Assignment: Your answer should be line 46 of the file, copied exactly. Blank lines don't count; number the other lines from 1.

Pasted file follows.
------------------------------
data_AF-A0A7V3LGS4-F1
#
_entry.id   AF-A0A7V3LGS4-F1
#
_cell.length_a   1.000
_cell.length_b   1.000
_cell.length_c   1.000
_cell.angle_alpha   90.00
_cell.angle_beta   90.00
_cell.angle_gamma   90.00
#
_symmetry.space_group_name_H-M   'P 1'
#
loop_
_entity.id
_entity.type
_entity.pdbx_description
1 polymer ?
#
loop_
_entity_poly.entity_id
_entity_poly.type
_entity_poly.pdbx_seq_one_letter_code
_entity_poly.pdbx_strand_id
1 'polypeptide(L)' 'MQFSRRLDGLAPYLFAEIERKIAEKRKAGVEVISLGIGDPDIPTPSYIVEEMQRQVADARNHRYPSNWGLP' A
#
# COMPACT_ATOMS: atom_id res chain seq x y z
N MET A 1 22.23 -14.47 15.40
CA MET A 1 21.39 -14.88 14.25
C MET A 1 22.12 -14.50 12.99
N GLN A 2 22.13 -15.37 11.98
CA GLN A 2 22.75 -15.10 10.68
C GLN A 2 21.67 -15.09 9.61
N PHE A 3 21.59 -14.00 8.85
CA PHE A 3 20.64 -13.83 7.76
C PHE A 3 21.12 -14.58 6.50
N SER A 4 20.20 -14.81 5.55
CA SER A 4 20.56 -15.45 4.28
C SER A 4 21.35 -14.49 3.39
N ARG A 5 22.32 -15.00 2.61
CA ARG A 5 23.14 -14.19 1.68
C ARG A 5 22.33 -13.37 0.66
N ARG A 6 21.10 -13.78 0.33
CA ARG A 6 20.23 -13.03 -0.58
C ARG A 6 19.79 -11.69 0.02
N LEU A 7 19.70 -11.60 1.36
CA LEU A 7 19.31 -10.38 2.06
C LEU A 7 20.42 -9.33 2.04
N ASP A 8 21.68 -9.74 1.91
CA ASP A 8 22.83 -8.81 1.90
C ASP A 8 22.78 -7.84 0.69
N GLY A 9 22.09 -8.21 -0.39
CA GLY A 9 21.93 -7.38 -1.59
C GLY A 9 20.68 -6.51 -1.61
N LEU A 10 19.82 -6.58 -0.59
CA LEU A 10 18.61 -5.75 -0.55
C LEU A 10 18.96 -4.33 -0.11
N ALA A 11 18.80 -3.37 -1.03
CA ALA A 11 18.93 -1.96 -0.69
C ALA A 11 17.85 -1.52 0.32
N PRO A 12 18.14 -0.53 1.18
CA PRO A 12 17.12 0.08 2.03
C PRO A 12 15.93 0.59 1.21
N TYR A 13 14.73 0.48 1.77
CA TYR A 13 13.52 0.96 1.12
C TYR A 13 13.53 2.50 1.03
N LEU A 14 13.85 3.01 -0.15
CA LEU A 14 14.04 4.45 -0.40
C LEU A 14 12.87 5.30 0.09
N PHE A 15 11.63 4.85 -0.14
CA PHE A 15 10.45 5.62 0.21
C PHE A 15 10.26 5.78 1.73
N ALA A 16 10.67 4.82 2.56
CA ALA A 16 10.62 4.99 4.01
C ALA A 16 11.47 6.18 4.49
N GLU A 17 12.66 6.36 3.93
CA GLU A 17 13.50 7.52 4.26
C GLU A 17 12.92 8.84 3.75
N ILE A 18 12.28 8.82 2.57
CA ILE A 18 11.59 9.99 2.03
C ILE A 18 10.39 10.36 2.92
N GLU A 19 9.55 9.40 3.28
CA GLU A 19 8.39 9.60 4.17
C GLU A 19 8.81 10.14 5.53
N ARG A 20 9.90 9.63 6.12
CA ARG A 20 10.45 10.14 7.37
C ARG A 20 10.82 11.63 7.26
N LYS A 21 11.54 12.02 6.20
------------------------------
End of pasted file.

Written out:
N LEU A 7 19.70 -11.60 1.36